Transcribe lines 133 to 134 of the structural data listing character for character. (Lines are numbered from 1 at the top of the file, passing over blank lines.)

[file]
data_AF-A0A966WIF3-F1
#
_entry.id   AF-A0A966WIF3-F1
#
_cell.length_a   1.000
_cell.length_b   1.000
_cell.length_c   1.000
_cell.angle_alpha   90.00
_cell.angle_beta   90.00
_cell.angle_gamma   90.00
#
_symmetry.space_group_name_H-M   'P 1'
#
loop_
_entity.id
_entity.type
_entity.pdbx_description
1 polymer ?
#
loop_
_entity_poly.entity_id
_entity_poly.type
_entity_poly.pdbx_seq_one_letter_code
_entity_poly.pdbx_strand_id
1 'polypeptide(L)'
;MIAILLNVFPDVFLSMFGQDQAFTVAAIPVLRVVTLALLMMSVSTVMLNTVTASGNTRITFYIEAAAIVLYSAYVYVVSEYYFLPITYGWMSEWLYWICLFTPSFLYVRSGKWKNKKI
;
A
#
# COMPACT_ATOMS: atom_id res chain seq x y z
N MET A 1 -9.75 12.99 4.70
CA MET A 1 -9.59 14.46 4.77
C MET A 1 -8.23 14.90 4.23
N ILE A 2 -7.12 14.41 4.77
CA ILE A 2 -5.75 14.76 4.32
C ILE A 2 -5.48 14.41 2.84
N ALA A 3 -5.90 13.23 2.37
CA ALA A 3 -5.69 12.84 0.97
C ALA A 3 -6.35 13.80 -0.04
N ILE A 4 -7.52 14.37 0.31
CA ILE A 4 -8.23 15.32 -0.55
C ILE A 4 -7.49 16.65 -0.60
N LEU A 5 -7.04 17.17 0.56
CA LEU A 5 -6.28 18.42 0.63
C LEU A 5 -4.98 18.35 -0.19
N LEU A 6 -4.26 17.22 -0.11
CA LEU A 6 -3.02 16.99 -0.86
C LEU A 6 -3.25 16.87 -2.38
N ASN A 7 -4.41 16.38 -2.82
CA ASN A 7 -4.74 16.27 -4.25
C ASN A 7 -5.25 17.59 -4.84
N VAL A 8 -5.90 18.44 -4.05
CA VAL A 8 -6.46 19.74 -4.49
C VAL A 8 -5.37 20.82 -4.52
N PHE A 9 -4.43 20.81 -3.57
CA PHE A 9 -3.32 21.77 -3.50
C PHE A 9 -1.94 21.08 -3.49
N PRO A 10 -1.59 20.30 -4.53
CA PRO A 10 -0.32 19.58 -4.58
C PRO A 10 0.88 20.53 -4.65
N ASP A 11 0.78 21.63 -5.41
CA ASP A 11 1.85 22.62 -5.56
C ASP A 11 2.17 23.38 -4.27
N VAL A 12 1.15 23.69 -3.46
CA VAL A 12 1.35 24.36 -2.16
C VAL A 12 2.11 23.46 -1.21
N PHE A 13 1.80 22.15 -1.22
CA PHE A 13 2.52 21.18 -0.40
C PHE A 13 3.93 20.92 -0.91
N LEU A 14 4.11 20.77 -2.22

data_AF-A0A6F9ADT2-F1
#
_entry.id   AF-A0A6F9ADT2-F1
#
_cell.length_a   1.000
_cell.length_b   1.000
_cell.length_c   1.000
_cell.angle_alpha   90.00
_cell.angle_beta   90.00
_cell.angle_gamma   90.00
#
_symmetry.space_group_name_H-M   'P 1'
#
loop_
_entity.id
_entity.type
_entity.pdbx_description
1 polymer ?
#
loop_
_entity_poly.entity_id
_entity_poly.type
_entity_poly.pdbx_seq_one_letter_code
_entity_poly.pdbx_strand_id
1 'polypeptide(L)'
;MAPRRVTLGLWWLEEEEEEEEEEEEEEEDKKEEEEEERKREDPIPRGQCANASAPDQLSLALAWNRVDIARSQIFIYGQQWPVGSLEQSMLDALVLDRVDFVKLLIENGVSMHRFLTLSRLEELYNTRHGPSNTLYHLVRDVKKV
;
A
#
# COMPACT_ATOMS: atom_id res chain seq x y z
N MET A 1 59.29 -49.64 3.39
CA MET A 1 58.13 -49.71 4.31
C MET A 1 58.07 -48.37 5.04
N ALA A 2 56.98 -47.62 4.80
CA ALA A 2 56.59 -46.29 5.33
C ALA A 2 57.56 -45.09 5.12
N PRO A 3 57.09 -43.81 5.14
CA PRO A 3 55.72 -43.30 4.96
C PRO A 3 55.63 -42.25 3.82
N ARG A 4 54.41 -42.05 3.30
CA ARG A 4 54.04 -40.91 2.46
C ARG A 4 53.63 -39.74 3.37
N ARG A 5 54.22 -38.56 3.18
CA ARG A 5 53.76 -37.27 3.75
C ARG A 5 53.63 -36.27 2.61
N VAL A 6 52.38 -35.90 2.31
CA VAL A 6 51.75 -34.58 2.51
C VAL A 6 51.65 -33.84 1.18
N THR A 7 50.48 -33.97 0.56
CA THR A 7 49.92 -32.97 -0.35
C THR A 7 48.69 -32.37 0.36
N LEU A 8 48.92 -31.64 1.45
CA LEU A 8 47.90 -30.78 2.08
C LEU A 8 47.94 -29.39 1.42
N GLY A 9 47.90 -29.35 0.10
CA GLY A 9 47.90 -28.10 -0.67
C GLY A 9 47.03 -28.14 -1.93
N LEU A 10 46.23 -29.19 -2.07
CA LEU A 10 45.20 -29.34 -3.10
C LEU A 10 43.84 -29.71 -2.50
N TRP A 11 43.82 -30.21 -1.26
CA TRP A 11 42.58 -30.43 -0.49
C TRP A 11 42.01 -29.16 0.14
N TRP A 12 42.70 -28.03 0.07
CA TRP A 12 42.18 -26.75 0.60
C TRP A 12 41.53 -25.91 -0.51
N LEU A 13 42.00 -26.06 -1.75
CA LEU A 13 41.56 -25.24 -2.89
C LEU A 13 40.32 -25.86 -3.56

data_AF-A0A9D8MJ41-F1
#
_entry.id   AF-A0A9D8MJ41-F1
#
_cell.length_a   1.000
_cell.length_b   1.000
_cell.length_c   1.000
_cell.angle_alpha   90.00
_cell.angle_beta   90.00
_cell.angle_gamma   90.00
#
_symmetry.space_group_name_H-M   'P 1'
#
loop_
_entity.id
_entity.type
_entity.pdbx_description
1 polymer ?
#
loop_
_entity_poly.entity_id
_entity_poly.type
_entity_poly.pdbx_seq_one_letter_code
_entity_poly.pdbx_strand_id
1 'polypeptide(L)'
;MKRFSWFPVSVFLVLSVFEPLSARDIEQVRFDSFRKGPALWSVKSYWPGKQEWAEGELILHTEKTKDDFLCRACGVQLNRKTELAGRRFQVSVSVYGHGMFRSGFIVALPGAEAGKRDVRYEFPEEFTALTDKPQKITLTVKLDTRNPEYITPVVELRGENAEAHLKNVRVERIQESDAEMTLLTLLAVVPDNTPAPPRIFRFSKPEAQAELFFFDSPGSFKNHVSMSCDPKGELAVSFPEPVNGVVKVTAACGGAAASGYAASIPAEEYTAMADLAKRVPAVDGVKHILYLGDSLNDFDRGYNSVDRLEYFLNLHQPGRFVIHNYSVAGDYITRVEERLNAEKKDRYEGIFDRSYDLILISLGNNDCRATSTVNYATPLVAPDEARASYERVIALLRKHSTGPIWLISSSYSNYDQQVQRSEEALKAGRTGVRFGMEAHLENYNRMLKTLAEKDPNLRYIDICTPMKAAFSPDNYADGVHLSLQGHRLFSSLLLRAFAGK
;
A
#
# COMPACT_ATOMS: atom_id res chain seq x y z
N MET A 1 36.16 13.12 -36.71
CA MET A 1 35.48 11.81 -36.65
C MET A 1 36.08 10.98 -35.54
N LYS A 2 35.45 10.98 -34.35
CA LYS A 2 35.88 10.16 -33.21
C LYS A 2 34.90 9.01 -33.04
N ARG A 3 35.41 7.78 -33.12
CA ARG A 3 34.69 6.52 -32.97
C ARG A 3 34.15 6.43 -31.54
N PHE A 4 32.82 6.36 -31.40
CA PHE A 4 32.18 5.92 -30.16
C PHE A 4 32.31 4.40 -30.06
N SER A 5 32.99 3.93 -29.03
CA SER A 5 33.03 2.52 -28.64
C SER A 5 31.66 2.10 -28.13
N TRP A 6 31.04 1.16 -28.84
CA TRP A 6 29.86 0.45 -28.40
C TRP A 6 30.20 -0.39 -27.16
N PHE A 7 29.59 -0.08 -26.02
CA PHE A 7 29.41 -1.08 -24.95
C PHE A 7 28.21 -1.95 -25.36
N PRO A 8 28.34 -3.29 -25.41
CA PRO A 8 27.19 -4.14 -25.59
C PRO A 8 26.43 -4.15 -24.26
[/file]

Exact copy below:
C TRP A 11 42.01 -29.16 0.14
N TRP A 12 42.70 -28.03 0.07